Each village headman maintains an improvised register (typically a hard-cover exercise book) for recording deaths and births. In 2007, formal registers were introduced by the national registration bureau through the district assemblies.
Figure 1 (a–c) shows the formal village register and a village headman holding one of these registers. Variables included in this register include: village, traditional authority, district, name, sex, date of birth, place of birth, names of parents, place of residence, birth certificate number and date of death. Reporting on deaths was introduced in Malawi decades ago when this was used with varying success for crossing out the names of adults who died and thus were no longer required to pay tax at village level (Kaundula in the local language). As the registration of adult deaths was linked to village level tax revenue generation, a village headman was sometimes stripped of his title if he did not maintain a good register. Data on deaths are still used by TA to assess household eligibility for aid subsidies (fertilizers, seed grain) and for prevention of property or land grabbing by neighbors and family relatives. In theory, group village headmen in coordination with village heads are accountable to the TA chief for the timely and accurate reporting of deaths. However, in practice, recording and reporting is currently not systematic as the TA does not collate or report on deaths to the district authority.
Figure 2 shows an example of the type and quality of data that were gathered from a village vital register. The fact that over 90% of births in this system occurred at a known health facility implies that the registration of births is incomplete and strongly biased towards births that occurred at health facilities, given that population based surveys estimated that 49% of all births in Thyolo occurred outside of health facilities.10 Precision on the dates of birth and death as well as cause of death could be improved (Figure 2). Obstacles hindering completeness of data broadly include: lack of enforcement of civil registration law at district level; non-existent collaboration - a complete ‘disconnect’ - between the health surveillance system and the traditional vital registration systems; the virtual lack of birth and death certificate records that hampers cross-checking of data; absence of routine reporting of vital events; lack of training and supervision; and shortfalls in logistical and human resource support.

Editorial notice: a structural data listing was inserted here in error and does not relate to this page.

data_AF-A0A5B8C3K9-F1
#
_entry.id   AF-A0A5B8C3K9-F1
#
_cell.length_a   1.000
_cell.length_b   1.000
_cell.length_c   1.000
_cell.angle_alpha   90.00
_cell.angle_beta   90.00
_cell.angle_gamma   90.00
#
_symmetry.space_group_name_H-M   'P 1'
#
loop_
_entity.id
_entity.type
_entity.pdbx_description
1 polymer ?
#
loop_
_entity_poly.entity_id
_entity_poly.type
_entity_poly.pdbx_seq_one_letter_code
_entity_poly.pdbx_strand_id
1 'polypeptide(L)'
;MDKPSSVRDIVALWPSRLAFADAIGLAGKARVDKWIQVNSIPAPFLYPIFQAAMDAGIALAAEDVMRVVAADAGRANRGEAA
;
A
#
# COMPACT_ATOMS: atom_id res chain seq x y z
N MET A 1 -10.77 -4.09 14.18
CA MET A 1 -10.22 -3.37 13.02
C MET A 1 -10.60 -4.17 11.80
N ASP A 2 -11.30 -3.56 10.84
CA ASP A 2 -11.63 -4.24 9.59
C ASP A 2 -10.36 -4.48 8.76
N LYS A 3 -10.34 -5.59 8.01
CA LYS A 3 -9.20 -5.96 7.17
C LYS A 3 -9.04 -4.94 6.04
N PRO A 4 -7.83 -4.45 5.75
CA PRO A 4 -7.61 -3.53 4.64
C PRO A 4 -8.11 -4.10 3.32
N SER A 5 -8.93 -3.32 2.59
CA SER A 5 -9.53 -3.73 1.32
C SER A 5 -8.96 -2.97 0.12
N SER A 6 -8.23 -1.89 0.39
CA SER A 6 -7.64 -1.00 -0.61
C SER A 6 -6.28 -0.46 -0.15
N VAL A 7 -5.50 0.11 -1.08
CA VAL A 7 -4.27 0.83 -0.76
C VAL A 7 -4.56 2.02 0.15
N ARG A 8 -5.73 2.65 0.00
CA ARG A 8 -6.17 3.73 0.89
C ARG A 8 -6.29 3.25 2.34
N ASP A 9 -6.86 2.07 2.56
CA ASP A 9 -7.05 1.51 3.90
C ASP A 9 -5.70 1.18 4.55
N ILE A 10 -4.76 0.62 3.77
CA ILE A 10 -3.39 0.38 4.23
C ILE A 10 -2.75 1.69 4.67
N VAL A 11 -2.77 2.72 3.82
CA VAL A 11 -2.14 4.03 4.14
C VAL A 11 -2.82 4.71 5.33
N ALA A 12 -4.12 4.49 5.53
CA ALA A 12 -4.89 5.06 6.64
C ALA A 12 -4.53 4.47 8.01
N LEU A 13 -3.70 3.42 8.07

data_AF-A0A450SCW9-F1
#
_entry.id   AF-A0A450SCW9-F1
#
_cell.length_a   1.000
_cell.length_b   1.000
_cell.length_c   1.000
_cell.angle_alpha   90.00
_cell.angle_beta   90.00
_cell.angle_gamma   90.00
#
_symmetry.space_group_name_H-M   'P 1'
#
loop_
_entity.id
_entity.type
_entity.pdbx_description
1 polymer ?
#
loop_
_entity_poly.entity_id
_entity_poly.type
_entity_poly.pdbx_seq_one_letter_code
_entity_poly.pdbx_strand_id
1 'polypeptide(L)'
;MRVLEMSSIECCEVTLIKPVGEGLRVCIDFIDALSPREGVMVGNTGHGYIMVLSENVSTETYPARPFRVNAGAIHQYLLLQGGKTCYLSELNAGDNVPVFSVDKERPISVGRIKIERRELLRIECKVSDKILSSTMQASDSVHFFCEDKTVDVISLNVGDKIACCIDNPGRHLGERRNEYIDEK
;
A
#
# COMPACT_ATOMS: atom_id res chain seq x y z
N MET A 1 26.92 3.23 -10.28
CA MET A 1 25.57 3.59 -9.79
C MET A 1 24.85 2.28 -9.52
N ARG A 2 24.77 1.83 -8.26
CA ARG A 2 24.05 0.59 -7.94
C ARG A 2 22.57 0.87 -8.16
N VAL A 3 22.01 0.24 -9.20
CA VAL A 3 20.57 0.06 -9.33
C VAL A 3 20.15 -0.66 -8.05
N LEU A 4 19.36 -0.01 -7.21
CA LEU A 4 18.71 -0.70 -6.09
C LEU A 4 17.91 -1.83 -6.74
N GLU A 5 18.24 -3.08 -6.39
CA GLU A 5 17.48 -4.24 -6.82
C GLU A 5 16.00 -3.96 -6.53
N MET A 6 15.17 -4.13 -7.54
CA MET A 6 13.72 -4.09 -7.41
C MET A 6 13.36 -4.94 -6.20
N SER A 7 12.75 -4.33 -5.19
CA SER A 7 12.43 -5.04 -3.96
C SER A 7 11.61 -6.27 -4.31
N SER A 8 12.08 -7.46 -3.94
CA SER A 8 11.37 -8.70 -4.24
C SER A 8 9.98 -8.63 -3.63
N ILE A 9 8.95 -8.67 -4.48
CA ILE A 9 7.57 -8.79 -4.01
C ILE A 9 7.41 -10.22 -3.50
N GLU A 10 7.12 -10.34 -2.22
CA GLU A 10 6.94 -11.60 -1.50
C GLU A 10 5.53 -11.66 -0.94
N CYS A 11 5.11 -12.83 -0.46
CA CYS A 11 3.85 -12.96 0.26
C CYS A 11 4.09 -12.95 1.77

Improving vital registration: opportunities, challenges and ways forward
The example of the informal system of death reporting in Thyolo opens a potential opportunity to explore its use for vital registration at a wider level.
Table 1 highlights the main challenges and ways forward in improving vital registration at district and national level in Thyolo and other comparable settings. These are briefly discussed below.
Political will and awareness
All African countries (except Somalia) have ratified the Convention on the Rights of the Child11 and have also signed the African Charter on the Rights and Welfare of the Child,12 both of which require registration of all births. However, depending on where a child is born in Africa, only 24–41% of children have their births registered.13 Similarly, although death registration is part of national legislation in all African countries, only two African countries (Mauritius and Seychelles) have complete registration of deaths and their causes, and to a certain extent this is fulfilled in South Africa
This gap in practice is due to a number of reasons. First, Governments may not be sufficiently aware of their international obligations to promote vital registration nor of its direct significance for macro planning and national agenda setting. Second, there might be a lack of political will to commit the resources needed especially if birth registration is perceived as minimizing or enhancing the representation of a particular ethnic or religious group. Third, the main actors in the development of civil registration systems – the Registrar General's office, the Ministry of Health and the National Statistical Office – usually work in a parallel manner and may not prioritize the need for developing and implementing civil registration systems. Fourth, even when vital registration systems are available, access may be a problem due to long distances to registration centres and/or the high cost of administration fees for registration. These can act as powerful deterrents.13